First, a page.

Until the Job is Done
Containing inflation is currently the top priority for the Federal Open Market Committee (FOMC) and recent data continues to reflect price levels that are well above the FOMC’s comfort zone. While the Consumer Price Index (CPI) may have shown some signs of cooling in July, recent releases showed price pressures heating back up with core CPI reaching a 40-year high of 6.6% in September. Drivers of inflation have been broad-based as both headline and core measures have surpassed expectations.
Following the August CPI release, the FOMC felt compelled to strongly reaffirm its commitment to fighting inflation. Voting unanimously, the FOMC raised its target policy rate range up 75 basis points to a new target range of 3.00% to 3.25%. Alongside this jumbo-sized rate increase, Chair Powell continued his efforts to bolster the FOMC’s inflation-fighting credibility with a forceful and repeated commitment to “keep at it until the job is done.”
Meanwhile, the labor market continues to prove resilient. In September, nonfarm payrolls remained solid with an increase of 263K as the unemployment rate declined to 3.5%, matching a 50-year low. Moreover, wage pressures remain as the labor force participation rate declined to 62.3% and average hourly earnings upheld an elevated level of 5%. While typically a welcome sign, the current strength of the labor market complicates the Fed’s efforts to tighten financial conditions.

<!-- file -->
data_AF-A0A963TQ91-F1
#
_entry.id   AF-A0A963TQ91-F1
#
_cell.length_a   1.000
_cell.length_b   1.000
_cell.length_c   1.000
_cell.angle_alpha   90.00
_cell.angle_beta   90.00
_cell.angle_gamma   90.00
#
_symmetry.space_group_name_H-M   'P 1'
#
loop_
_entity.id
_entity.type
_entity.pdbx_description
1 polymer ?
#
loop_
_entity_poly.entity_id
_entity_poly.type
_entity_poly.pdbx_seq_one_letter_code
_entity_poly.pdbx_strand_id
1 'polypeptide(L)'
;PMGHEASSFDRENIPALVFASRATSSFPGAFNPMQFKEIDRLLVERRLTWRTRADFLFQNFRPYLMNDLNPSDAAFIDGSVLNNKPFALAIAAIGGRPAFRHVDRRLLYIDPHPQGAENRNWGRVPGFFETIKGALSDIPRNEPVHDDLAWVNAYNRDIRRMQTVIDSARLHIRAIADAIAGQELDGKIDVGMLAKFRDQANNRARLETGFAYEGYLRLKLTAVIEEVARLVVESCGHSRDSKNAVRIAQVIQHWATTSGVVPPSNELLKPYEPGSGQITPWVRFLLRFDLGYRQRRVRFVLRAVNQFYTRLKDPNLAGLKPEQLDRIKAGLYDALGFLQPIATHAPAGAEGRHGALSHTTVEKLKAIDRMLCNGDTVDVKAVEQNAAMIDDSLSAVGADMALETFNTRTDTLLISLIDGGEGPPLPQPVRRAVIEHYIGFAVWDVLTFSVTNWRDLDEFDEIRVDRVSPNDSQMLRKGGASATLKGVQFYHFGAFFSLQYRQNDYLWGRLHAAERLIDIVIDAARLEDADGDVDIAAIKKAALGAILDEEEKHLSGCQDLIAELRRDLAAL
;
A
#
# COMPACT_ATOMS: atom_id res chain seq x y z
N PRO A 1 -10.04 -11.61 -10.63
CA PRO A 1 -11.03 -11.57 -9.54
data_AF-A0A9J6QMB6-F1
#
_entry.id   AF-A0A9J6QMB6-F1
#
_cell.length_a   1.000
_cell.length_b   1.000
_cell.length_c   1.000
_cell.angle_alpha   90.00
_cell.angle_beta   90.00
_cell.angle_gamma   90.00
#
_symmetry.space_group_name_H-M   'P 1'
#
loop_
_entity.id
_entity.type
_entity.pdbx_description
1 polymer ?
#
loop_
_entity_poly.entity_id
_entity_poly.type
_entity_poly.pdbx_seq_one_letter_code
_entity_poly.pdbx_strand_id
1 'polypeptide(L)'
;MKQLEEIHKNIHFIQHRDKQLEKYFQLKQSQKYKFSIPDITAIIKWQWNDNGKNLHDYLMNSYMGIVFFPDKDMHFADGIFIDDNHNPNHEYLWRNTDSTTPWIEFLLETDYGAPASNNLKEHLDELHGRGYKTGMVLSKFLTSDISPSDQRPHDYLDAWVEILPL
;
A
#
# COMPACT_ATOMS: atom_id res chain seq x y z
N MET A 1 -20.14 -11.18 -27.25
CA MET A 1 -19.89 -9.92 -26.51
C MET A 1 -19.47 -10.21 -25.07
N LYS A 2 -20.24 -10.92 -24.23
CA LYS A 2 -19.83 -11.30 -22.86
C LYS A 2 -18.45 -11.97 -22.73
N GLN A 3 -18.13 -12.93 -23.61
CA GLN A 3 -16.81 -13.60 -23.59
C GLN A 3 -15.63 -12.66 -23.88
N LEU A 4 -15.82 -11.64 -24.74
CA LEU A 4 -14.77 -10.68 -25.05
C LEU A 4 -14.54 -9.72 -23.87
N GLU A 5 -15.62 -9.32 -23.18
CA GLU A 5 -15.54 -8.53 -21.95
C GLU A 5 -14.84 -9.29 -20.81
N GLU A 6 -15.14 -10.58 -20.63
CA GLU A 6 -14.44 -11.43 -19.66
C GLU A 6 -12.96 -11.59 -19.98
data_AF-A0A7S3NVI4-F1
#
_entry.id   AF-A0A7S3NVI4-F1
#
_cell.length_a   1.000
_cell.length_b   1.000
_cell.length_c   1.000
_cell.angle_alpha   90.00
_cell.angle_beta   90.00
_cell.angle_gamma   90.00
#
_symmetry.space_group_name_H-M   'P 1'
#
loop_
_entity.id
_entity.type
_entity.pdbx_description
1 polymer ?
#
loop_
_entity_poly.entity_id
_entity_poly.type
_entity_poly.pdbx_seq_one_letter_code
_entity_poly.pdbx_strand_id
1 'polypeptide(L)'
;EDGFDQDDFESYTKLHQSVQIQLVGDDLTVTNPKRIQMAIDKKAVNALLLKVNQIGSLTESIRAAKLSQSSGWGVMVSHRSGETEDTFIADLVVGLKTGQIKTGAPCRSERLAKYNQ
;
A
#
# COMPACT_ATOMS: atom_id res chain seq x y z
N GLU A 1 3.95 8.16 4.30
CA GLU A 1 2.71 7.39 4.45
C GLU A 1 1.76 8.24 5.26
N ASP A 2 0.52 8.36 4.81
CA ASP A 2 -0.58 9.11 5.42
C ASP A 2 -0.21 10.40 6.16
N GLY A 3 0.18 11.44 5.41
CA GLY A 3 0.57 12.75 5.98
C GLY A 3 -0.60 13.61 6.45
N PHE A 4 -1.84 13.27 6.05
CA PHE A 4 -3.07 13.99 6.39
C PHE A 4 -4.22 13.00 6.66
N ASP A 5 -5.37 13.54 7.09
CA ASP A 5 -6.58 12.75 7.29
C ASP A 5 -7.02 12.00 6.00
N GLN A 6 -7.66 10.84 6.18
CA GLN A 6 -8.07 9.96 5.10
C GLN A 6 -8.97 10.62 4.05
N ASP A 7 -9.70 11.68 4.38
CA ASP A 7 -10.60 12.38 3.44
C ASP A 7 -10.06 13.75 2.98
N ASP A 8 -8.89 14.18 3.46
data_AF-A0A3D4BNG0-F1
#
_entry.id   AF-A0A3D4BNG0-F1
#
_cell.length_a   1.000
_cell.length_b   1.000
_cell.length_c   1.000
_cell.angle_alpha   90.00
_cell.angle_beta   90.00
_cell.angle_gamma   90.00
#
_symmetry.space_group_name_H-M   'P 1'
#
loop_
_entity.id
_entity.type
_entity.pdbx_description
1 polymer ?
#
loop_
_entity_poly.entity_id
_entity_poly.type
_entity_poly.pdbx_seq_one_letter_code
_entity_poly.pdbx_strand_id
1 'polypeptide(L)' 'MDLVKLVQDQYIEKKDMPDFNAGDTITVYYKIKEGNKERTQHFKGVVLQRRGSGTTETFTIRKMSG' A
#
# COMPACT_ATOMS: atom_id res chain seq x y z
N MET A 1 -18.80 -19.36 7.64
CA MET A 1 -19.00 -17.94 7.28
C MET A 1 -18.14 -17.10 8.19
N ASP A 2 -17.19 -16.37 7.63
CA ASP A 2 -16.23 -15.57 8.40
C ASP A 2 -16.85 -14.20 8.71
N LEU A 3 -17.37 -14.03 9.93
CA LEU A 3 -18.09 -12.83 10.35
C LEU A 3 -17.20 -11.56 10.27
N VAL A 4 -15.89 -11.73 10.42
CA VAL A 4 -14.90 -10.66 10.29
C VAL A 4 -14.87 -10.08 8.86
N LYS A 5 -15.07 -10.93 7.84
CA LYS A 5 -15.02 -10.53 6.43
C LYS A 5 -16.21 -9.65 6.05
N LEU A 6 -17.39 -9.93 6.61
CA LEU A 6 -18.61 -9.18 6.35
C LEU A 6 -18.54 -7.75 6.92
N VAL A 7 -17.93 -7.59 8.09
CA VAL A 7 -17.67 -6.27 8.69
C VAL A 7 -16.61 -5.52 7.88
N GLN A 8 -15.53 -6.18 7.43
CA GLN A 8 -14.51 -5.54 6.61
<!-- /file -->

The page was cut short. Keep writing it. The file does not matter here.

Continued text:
As inflation remains elevated and the labor market maintains its strength, the FOMC still has more work to do. The median dots from the FOMC’s most recent projections point to another 150 basis points of rate increases by the end of 2023 resulting in a terminal rate range of up to 4.75%. Although the FOMC is well aware of the risks that an overly restrictive policy poses to the labor market and economic growth, Chair Powell has pointed out there is no “painless” way to do this. As the FOMC continues to monitor the implications of incoming data and assess the appropriate path for monetary policy, challenges await in the management of the tradeoffs between growth, inflation, and any pain that may follow.
Current Economic Releases
|GDP QoQ||Q2 ’22||-0.60%|
|US Unemployment||Sep ’22||3.50%|
|ISM Manufacturing||Sep ’22||50.9|
|PPI YoY||Sep ’22||11.50%|
|CPI YoY||Sep ’22||8.20%|
|Fed Funds Target||Oct 13, 2022||3.00% – 3.25%|
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